40 Years On: Rediscovering The Dramatic Climax Of Muhammad Ali’S Illustrious Career

The fight dubbed ‘the Last Hurrah’ really should have been the former world champion’s final walk out of the ring, after being battered by Holmes, but instead he limped on for one more.

Muhammad Ali came up against Trevor Berbick, who would end up becoming the only man to fight Ali, Holmes and Mike Tyson, in a fight which wound up being named ‘Drama in Bahamas.’

The bout had to take place in the Bahamas because no American boxing boards would give ‘The Greatest’ a licence to box.

Perhaps unsurprisingly he claimed he was as fit as ever, and even brought medical records to the press conference to prove so, but he did weigh in at his heaviest ever for a fight.

Legendary sports writer Hugh McIlvanney was not impressed with the training he saw the great heavyweight put in, having seen Ali at his absolute best in the past.

“A man who has missed the last bus after the bars close takes more out of himself on the walk home than Ali had done with what we were supposed to regard as roadwork,” McIlvanney wrote in the Observer.


Ali had training sessions for the public to watch but they lasted just 20 minutes and the Q&A sessions held afterwards would often last longer than the physical work.

As well as the problems with his training, the 39-year-old revealed that even his trainer wasn’t sure about the comeback.

“Angelo thinks I shouldn’t be fightin’,” Ali said the week of the fight, “He’s coming in to work the corner but he thinks I’m shot, my legs have gone. But Angelo’s not me. He don’t know what I’ve got.”

Ali also boasted about how week a sparring session with Tommy Hearns had gone, with Hearns on the undercard in his comeback fight following his September loss to Sugar Ray Leonard.

“I had a four-round brawl with Hearns, and it was right on,” the former world champ said

“With Tommy?” Dundee, who arrived late to Nassau, asked.

“Stickin’ and jabbin’. Over his jab. Trading punches. Getting him in the corners. One on one.”

“I love you going with little guys,” said Dundee. “I love it.”

The drama really kicked off just days before the fight with Don King flying to Nassau to get the money he claimed he was owed.

King was Berbick’s promoter and wanted as much as $200,000 from the ‘mysterious’ Sports Internationale (Bahamas) Ltd, who were promoting the fight.

After landing in the Bahamas for his step aside money, King then accused the company’s president James Cornelius and four unidentified men of beating him up and threatening to kill him.

Cornelius was nearly the cause of the fight not going ahead as well, as per the New York Times’ report on the night.

Just an hour before the broadcast Berbick had still not been paid all of his money, as Sports Internationale ran into issues.

He was given a credit note on the Thursday, but it wasn’t for all his money, with the Jamaican born fighter declaring ‘I want all my money before I fight.’

By 5pm Saturday he had still not been given all his money, until TV company SelecTV stepped in to cover the remaining $250,000.


Berbick wasn’t the only one who was suffering from the promoter’s lack of money, with Hearns returning to his room on Thursday to find it locked.


He had to pay for the room himself, after the promoters failed to stump up the cash, but he’d at least paid in full early by SelecTV, having agreed a deal with them to fight on their network again.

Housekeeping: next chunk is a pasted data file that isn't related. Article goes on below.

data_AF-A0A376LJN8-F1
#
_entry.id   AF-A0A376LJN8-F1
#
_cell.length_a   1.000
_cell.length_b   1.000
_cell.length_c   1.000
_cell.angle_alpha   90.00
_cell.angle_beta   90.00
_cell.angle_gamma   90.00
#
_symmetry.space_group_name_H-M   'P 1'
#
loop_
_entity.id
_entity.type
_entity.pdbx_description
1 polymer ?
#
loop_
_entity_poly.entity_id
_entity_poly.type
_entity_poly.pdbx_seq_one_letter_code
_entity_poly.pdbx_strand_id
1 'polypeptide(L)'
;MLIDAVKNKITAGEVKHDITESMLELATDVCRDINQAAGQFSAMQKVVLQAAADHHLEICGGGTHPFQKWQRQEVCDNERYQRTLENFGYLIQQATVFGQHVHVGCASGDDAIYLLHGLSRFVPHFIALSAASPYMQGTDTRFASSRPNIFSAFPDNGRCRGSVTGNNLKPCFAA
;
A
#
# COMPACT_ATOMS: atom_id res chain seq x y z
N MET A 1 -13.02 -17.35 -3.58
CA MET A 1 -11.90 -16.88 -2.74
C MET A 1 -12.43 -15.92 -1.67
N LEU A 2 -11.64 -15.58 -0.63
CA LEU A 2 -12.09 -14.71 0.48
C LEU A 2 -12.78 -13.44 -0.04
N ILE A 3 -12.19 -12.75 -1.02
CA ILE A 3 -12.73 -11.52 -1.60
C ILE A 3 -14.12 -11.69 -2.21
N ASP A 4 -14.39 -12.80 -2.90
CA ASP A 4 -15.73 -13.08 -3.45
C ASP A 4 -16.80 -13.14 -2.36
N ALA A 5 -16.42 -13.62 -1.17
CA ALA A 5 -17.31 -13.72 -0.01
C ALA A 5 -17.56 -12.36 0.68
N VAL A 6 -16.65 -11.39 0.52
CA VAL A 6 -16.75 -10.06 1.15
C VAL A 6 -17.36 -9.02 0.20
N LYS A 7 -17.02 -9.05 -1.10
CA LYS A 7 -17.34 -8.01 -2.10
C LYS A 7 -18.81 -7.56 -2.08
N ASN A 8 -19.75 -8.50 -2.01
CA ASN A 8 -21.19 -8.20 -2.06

Ali, Berbick and Hearns were the only fighters on the card with their own dressing rooms, with everyone else having to share.

When they arrived at the venue there was a delay as the keys to get in couldn’t be found and there were no boxing gloves available.

The issues weren’t just behind the scenes either, with the venue struggling to sell seats, despite the name value Ali had carried throughout his career.

Tickets had to be dropped from $50 to $5 and the New York Times suggested that not all of the near 11,000 capacity arena had paid for their seats.

Ahead of the fight Ali claimed he would ‘dance all night’ but the man who once floated like a butterfly no longer had the wings to carry himself.

When the fight did finally start it was signified not by the ringing of a traditional bell but by a cowbell and hammer.



His 27-year-old opponent landed the better early shots and began working on the legend’s body in the third round.

Ali did stagger Berbick at the end of the fifth round, following his best six minutes of the fight, and continued his work in the sixth, but mostly his shots didn’t carry the same bee stings they once had.

Berbick returned to the ascendency in the eighth round and won the final three, landing at will and keeping Ali in the corner and on the ropes for much of the remaining nine minutes.

When the results were read out Berbick was the clear winning, taking the fight 97-94, 99-94, 99-94.

McIlvanney wrote, “Berbick is the kind of lumbering, slow-armed swinger [Ali] would have first embarrassed and then demolished in his dazzling prime…

“To see [Ali] lose to such a moderate fighter in such a grubby context was like watching a king riding into permanent exile on the back of a garbage truck.

“The one blessing was that he was steadily exhausted rather than violently hurt by the experience.”

Before the fight Ali’s own family had said they wanted the near 40-year-old to stop fighting, and afterwards Dundee backed up the sentiment and suggested the loss was a good result.

“I was so afraid they’d give him the verdict. I was so afraid the judges would give it to Ali,” the legendary trainer said, worried that a win would see his man carry on.

Irish Times writer Dave Hannigan wrote about one judge having a tear in his eyes at the end of the fight, seeing a once great boxer end his career as a shadow of his former self.


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